By Jim Shrine
The first significant trial of Centocor Inc.¿s ReoPro in stroke patients pointed to improved clinical function without increased intracranial bleeding, and will lead to further studies in that indication.
Centocor, of Malvern, Pa., plans to follow up the Phase IIa study with a Phase IIb study in acute ischemic stroke, before moving into a large-scale Phase III trial. Results of the Phase IIa study were presented over the weekend at the Eighth Annual European Stroke Meeting, in Venice, Italy.
Nearly all patients in the study were treated more than three hours after the onset of stroke. The standard treatment, t-PA, is indicated for treatment within three hours.
¿What was nice in this trial was we were able to look at patients who received ReoPro up to 24 hours [after the onset of stroke],¿ Centocor spokesman Christopher Allman said. ¿The opportunity to open up the treatment window is certainly important and encouraging, and something we want to look at further.¿
Approximately half the people in the 74-patient trial were treated more than 12 hours after the onset of stroke. They were treated with placebo or one of four doses of ReoPro. About 20 patients were in the placebo group.
A preliminary analysis showed 35 percent of ReoPro patients and 20 percent of placebo patients had minimal or no residual disability three months after treatment. Half of ReoPro patients versus 40 percent of placebo patients showed improved ability to perform daily activities. There also was a trend toward improved neurological functioning with ReoPro, according to the University of Iowa Hospital and Clinics, a trial site in Iowa City.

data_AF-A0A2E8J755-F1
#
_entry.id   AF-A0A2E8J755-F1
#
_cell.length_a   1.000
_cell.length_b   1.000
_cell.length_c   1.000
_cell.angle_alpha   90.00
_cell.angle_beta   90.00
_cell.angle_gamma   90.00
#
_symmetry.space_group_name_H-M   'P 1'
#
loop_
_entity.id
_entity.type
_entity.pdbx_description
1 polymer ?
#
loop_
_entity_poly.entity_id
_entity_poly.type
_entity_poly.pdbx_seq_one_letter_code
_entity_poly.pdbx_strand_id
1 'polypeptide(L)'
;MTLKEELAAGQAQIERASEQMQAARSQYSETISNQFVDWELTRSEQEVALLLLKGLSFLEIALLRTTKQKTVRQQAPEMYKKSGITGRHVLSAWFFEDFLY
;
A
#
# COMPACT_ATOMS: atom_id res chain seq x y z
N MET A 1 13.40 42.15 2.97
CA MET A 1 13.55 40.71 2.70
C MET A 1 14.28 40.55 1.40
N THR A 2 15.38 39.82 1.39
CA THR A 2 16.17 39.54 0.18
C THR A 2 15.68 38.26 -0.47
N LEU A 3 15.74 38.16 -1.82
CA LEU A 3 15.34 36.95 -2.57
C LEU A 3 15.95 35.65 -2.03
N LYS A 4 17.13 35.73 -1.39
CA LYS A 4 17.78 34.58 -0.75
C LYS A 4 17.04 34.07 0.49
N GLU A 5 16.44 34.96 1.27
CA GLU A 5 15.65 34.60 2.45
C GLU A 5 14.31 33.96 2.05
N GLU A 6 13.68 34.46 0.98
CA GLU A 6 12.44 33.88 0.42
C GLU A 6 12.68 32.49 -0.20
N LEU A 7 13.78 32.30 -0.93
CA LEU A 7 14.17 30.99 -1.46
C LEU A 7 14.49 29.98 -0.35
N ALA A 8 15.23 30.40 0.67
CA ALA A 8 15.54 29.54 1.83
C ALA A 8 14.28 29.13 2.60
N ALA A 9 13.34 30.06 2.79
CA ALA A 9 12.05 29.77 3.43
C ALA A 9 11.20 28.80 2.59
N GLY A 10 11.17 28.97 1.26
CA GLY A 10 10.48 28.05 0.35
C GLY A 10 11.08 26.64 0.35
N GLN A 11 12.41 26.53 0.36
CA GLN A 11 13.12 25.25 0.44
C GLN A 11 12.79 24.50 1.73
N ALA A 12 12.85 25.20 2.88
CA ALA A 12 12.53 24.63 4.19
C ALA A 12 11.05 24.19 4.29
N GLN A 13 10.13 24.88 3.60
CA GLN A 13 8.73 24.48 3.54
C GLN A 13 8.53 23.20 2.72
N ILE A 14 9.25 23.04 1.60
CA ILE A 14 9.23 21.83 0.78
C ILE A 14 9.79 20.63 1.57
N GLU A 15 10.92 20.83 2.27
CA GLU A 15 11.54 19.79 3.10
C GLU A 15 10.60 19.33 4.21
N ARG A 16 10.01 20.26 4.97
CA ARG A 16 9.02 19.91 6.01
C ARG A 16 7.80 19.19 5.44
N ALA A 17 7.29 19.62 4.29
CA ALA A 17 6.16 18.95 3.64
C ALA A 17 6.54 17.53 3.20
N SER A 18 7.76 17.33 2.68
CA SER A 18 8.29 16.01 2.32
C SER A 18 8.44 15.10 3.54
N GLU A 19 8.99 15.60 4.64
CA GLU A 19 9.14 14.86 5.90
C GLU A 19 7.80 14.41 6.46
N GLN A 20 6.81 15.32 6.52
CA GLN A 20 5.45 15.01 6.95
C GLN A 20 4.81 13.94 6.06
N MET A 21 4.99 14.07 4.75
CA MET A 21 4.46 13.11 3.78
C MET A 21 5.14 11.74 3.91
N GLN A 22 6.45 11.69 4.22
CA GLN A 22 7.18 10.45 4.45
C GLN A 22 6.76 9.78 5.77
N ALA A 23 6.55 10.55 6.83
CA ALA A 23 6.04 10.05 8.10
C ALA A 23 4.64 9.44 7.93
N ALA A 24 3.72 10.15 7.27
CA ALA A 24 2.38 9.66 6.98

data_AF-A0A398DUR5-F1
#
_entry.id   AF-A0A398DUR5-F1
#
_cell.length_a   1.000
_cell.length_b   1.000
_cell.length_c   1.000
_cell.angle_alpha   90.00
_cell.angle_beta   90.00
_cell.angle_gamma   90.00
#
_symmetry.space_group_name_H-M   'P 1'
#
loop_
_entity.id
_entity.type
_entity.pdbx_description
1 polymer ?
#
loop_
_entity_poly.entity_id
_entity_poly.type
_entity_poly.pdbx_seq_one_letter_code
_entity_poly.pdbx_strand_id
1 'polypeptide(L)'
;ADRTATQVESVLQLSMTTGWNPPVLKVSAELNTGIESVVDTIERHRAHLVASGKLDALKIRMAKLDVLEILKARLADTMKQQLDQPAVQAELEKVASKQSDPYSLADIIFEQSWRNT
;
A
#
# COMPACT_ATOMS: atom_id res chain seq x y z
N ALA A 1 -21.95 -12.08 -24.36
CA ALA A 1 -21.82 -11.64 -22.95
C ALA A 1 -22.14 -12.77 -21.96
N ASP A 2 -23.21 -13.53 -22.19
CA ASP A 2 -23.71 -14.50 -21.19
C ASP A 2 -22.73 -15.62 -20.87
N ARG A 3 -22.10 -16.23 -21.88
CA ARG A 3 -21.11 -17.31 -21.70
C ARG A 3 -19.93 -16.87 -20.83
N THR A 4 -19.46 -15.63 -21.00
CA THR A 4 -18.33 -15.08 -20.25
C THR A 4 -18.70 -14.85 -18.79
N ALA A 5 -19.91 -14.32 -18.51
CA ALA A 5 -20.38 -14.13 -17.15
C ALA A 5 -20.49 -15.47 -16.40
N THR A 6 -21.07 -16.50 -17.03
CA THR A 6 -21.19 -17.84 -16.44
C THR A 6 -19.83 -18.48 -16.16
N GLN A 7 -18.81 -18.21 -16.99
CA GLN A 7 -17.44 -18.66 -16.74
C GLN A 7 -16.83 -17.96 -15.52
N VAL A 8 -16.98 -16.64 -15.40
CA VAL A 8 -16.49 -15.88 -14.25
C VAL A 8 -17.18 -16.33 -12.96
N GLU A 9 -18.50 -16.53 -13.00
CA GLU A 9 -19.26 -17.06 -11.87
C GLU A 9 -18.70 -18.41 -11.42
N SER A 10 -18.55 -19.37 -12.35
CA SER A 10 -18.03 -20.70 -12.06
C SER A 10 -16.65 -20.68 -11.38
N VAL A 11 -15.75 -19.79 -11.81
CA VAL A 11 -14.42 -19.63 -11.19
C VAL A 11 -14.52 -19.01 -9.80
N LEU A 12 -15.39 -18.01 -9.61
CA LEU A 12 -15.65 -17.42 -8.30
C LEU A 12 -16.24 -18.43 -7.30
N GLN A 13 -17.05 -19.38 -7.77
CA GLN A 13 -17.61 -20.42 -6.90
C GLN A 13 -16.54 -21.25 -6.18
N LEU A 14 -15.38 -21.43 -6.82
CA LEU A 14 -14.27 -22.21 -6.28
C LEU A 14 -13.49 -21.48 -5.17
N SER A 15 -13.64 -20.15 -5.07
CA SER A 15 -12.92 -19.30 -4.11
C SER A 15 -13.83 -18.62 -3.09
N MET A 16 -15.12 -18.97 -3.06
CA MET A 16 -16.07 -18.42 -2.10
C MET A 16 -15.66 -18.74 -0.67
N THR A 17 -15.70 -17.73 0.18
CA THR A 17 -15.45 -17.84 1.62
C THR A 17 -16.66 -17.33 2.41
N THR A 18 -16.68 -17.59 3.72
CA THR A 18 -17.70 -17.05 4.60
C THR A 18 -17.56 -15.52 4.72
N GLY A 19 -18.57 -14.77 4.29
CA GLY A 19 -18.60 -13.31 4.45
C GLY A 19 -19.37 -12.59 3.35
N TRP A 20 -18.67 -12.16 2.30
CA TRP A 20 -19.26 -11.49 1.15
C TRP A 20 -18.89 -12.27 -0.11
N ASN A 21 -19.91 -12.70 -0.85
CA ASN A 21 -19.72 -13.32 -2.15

ReoPro (abciximab) is a monoclonal antibody anti-platelet drug that inhibits both the glycoprotein IIb/IIIa and alpha V beta 3 receptors. In the stroke indication, it may be useful in clearing plaque or other blockages in blood vessels in the brain.
The drug was approved in 1994, initially for use in high-risk angioplasty patients, and the label was broadened later to include all angioplasty procedures. Worldwide sales of ReoPro in 1998 were $365 million ($302 million in the U.S.). Centocor recorded sales of $206 million to partner Eli Lilly and Co., of Indianapolis.
Allman said it¿s premature at this early stage to speculate about what a stroke indication might mean for ReoPro sales, though he pointed out that five million people die each year from stroke and about 700,000 Americans suffer a first or recurrent stroke each year.
The protocol for the Phase IIb study in stroke has been written, Allman said, and is under review.
Meanwhile, enrollment began last fall in a 4,000-patient trial of ReoPro in acute coronary syndrome patients, most of whom present with unstable angina. Some data from that study are expected to be presented next year, Allman said. A sub-study is being conducted that combines ReoPro and Fragmin, a low molecular weight heparin product from Pharmacia and Upjohn, of Bridgewater, N.J. Fragmin is under review by the FDA as a treatment for unstable angina.
Separately, Centocor expects to begin this quarter a 16,000-patient study combining ReoPro and its clot-buster, Retavase, in acute myocardial infarction.
Centocor¿s stock (NASDAQ:CNTO) fell 62.5 cents per share Monday to close at 36.875.